ANDERSON: -- I'm across that region now for a decade.

I just want to talk, firstly, about what is going on between these two Soccer Federations. The U.S. head coach is apologizing for the U.S. Soccer

Federation changing the flag of Iran on the social media.

What did you make of that and the reply from the U.S.?

ZWEIRI: You know, I see this as a second phase of politicization of Iranian participation in the World Cup. The first phase was when all the Iranian

people, the Iranian team did not repeat the anthem in the opening. That was a first step.

So this one basically has been used by the Iranian establishment to say, look at the Americans, how they act against us.

Of course, it was a mistake. It should not happen. The flag is something well-respected to the nation. It's not belonging to a specific state. So it

shouldn't happen.


To the Iranian people, this is not the case. This is not the issue. To the Iranian people now, what was happening in the last two to three months is

very sad.

I think they want the world to look at this seriously and to show a little bit of sympathy with the Iranians.

The World Cup is a platform where the Iranians show their feelings about what is happening inside Iran.

ANDERSON: There's a fine balance for many Iran fans, isn't there? On the one hand, they want their team to win. There's very sort of nationalistic,

Iranians, anywhere in the world --

ZWEIRI: Correct.

ANDERSON: -- be it in country or those living outside of the country.

On the other hand, many of them don't want to hand a free goal to the regime, so to speak, at this stage.

ZWEIRI: This is the first game ever in contemporary history of Iran, the Republic of Iran where the public is divided between two fronts, whether to

hand it to the regime or actually to support the team, which is something they love.

They love soccer. They love football. They want to show the support of the team. The team represents Iran. All of this.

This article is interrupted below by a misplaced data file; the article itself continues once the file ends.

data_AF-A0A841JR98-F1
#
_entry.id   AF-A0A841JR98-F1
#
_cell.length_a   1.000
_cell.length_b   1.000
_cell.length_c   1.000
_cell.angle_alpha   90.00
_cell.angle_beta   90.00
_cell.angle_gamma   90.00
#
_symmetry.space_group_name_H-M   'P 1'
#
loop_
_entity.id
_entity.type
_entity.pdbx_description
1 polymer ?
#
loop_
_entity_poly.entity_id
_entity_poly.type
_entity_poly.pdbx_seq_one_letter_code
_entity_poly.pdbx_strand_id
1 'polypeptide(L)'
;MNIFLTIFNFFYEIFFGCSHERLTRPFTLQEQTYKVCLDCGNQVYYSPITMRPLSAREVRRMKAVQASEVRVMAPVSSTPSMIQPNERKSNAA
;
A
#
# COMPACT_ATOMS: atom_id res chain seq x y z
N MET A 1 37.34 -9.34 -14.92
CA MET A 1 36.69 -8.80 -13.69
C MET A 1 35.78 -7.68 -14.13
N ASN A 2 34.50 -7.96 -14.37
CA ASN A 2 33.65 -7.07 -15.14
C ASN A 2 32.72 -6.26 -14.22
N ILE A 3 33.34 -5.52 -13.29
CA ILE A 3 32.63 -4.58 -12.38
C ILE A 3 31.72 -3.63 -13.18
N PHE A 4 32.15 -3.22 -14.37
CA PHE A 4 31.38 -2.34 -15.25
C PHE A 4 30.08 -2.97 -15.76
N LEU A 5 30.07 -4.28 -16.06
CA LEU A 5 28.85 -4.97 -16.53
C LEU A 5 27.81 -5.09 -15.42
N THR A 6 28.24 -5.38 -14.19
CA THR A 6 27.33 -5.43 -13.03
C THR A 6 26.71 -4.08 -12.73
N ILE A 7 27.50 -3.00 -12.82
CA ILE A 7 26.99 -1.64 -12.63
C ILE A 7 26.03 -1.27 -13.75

I think this is the moment when we have to see tomorrow and how the Iranians will show this. How will they act? Whether in a stadium here or

inside Iran?

As we see in the first meeting, the Iranians said that we are sad about what is happening in our country. Tomorrow, they will show how much their

feelings are influencing their performance when it comes to the --


ANDERSON: I wonder what you make -- I mean, it may just be a personal feeling here. But what you make then of -- there has been more political

discourse around this tournament then Darren or I can ever remember around a World Cup. I mean, we are talking about this tournament being used as a


I want to talk about the transformative nature of the tournament. I genuinely think it has been transformative on many levels.

What do you make then of Iranian fans wanting to protest or wanting to show support for the women of Iran not actually been allowed to do so with

either patches or T-shirts in the stands?

What do you make of that? Are you disappointed by that?

ZWEIRI: I think what was happening -- basically, look at how many Iranians have arrived to Doha and how many have arrived from outside of Iran.

If you look at how many actually -- around 35,000. None of those people were actually allowed to come. That's a big question mark. Why are they not

come into Iran? And there's a question, were they banned from coming because there's a sort of concern about political activism in the World


What was happening basically is the fact there is a serious concern from that regime about using the World Cup as a platform against the Iranian


They know that this World Cup is watched by four billion people around the globe. Basically, it is a very dangerous issue. They observe it carefully.

Also, they wanted to make sure that there's no bad impact on them and on the team where they were. They want to make sure there's no --

participating in the World Cup. It is in a neighboring country and a Muslim country.

They want to show all of this together. And the supreme leader said it clearly two days ago that he is happy about that participation and the

winning that the team has achieved --


ANDERSON: It's just so complex.

ZWEIRI: Yes, indeed.

ANDERSON: It is not just the flags and support for the women of Iran that we are seeing, whether the authorities here or FIFA want it or not.

We are also seeing support for Palestine. I think that the Palestinians, that is reflected by so many of the Arab fans here.

When we talk about this being a transformative tournament, it is giving young Arabs a voice in a way that we have not seen across this region


The tournament organizers said that this would be a World Cup not just for Qatar but for the region. Whether you bought that or you agreed with them

or not, when you're here, it is transformative.